We will be having an open house for people to try it out for about 10 minutes at no charge on Tuesday March 8th at 5:30 and Saturday the 12th at 3:00 for a couple hours each day.

        Check out the video here:

        barefoot/minimalistic running

        Greetings!

        Yes, I know these newsletters have been sparse lately, however I’m hoping to get back to a more regular routine. We have officially and legally (God, please forgive the lawyers) sold the Arlington office, become official US citizens, the NFL season is over (Go Pack Go!) and I am officially in Ironman training. Hopefully these factors will allow me to get more focused on running and give me thoughts for the newsletters.

        New Trends In the Prevention of Running Injuries

        Or…

        A Barefoot Running Orgy

        The weekend of January 28th-30th, I spent at the National Conservation Training Center in Shepherdstown, WV for a 3 day conference “New Trends in the Prevention of Running Injuries.” and in the eyes of TheRunningClinic.ca, I am officially a “Running Specialist.” So, in the words of Carl Spackler, “I’ve got that going for me, which is nice.” This was a great conference and I’m happy I attended.

        This conference was lead by Blaise Duboise, a Canadian Physiotherapist who works for the Canadian National Track and Field team and is an accomplished runner himself. The audience was limited to 40 of us (mostly PT’s, orthopedic surgeons, and one chiropractor ;)) but also in attendance in the audience were:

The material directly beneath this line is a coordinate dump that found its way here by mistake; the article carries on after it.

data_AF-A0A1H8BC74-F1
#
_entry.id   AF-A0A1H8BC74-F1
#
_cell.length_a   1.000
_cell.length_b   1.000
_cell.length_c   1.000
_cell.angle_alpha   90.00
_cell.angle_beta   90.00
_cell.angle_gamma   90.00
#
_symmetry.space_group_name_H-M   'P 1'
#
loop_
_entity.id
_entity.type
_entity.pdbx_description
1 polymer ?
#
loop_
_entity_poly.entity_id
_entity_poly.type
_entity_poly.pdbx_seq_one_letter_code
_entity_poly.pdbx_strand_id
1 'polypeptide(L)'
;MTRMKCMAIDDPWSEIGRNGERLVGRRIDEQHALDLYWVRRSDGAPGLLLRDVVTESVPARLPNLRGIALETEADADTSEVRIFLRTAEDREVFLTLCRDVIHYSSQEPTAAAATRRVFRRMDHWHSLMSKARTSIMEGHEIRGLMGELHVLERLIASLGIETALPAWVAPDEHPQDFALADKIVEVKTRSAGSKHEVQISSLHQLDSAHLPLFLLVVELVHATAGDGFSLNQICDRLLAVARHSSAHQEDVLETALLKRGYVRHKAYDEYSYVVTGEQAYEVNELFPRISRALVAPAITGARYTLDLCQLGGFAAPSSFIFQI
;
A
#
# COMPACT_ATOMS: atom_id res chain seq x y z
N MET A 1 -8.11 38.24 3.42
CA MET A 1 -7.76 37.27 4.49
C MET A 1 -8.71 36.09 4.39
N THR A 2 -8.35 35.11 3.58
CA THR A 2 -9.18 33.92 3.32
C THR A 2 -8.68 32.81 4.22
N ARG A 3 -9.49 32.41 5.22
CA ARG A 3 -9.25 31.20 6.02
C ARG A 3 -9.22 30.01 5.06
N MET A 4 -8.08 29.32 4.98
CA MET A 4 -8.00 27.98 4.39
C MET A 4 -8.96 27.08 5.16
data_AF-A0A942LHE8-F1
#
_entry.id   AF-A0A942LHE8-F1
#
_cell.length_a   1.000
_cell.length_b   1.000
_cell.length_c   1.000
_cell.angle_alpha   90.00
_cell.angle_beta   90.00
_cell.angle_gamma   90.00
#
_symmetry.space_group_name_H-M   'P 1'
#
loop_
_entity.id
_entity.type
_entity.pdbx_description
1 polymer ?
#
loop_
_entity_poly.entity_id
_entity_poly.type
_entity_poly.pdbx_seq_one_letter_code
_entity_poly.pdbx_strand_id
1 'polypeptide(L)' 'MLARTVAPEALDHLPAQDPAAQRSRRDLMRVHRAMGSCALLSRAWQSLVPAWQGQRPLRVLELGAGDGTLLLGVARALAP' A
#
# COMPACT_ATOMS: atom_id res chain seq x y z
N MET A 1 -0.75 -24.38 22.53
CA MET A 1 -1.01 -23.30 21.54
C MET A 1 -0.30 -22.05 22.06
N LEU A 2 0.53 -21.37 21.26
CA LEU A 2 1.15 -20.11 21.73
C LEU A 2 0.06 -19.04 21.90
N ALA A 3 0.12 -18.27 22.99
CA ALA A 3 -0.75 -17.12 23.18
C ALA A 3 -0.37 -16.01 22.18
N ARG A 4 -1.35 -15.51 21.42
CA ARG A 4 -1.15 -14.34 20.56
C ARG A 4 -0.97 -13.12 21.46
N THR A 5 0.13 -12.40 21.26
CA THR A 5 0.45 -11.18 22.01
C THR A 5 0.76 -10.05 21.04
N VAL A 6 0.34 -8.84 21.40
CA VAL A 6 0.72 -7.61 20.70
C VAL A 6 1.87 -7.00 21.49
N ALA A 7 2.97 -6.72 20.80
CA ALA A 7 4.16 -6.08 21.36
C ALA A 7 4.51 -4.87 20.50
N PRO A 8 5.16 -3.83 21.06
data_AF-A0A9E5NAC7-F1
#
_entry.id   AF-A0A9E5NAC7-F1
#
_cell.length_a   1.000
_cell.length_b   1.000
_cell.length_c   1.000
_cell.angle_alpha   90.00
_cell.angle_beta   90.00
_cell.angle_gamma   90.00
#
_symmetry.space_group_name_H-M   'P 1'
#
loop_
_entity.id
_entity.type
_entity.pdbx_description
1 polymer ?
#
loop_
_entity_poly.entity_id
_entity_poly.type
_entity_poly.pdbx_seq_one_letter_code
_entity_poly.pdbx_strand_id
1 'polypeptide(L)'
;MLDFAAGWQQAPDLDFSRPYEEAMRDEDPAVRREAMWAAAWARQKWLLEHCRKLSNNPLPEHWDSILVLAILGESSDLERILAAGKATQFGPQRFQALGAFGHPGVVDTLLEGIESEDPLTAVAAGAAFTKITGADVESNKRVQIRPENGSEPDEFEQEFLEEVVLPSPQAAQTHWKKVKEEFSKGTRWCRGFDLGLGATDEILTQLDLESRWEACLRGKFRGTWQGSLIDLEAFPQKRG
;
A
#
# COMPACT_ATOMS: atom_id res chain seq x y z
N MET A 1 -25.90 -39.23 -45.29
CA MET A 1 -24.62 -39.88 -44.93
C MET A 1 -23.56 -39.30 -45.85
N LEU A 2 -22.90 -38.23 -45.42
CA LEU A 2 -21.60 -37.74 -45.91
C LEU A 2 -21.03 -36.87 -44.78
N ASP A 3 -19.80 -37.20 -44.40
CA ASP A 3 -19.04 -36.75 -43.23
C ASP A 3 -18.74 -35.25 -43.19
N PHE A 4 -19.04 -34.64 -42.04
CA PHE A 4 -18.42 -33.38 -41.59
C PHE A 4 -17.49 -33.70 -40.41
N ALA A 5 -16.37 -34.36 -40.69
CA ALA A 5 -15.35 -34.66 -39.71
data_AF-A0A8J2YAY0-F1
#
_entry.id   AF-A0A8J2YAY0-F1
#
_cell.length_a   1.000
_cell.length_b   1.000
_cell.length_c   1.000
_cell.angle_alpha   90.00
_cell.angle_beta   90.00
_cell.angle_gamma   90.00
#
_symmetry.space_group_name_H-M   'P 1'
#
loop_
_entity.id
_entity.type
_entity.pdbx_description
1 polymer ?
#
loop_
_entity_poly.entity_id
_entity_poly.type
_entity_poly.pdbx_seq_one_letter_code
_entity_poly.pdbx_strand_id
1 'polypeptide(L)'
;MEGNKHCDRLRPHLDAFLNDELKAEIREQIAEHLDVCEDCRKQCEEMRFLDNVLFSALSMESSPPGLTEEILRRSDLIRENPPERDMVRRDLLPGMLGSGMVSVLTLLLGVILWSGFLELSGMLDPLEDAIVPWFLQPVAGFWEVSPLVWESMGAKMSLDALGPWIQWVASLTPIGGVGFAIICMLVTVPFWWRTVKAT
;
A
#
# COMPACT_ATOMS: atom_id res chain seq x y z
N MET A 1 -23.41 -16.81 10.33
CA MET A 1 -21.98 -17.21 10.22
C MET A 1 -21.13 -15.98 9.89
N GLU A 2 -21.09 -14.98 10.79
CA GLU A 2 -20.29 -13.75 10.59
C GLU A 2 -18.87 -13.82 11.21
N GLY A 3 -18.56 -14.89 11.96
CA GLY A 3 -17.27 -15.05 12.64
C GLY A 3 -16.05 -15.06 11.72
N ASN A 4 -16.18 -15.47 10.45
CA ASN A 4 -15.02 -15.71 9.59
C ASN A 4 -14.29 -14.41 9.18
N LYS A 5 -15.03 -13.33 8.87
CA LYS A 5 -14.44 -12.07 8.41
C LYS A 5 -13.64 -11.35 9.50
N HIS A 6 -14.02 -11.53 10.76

Danny Dreyer (author of Chi Running)

        Ian Adamson (Director of Research and Education for Newton Running and World Champ in a ridiculous number of endurance races)

        Jay Dicharry (from UVA’s SPEED lab – possibly the nation’s premier gait analysis lab and recently featured in Running Times)

        Peter Vigneron (Runners World)

        Jeff Horowitz (Competitor Magazine and personal friend)

        Peter Larson (RunBlogger.com)

        There were many knowledgeable people there with a number of diverse viewpoints. Overwhelmingly though, it was people who were pro barefoot/minimalistic running. This was a bit of a surprise to me, because I was just expecting a biomechanics and treatment conference without any agenda. When you get a bunch of people in the room who all share the same viewpoints, they feed off each other and opinion unfortunately becomes perceived as fact. There were a few voices in the crowd who debated which was nice. However, imagine going to an Obama rally and shouting out that national healthcare is a really bad idea…in your opinion. Do you really want to do that?

        This newsletter will ruffle the feathers of some of you. Sorry. Some of you are ardent Vibram, barefoot runners, while other are the opposite. Please keep an open mind – sometimes it’s good to stretch your brain. It’s also tough for me to summarize 3 days of class work and evening conversations during group runs and unofficial presentations, but here’s what I got out of it: